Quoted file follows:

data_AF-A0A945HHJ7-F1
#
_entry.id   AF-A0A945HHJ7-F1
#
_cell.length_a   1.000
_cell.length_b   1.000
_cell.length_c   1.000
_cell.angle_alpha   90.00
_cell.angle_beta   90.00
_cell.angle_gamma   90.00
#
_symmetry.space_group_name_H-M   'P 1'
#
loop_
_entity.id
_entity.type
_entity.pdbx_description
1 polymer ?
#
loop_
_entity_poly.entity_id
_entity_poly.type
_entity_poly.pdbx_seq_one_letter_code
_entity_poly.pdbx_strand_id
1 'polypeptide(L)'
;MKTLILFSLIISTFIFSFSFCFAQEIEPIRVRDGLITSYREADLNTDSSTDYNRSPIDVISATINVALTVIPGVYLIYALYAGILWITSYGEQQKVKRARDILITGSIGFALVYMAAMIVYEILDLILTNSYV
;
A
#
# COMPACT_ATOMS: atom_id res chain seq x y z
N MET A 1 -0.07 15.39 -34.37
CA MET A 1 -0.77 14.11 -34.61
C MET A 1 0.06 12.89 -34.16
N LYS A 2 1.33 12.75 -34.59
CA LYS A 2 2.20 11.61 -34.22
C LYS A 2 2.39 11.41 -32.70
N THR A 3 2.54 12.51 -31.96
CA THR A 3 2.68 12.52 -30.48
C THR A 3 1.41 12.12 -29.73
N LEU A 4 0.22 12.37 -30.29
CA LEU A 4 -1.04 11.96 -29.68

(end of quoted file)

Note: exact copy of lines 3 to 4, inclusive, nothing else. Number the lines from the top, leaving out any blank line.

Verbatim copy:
_entry.id   AF-A0A945HHJ7-F1
#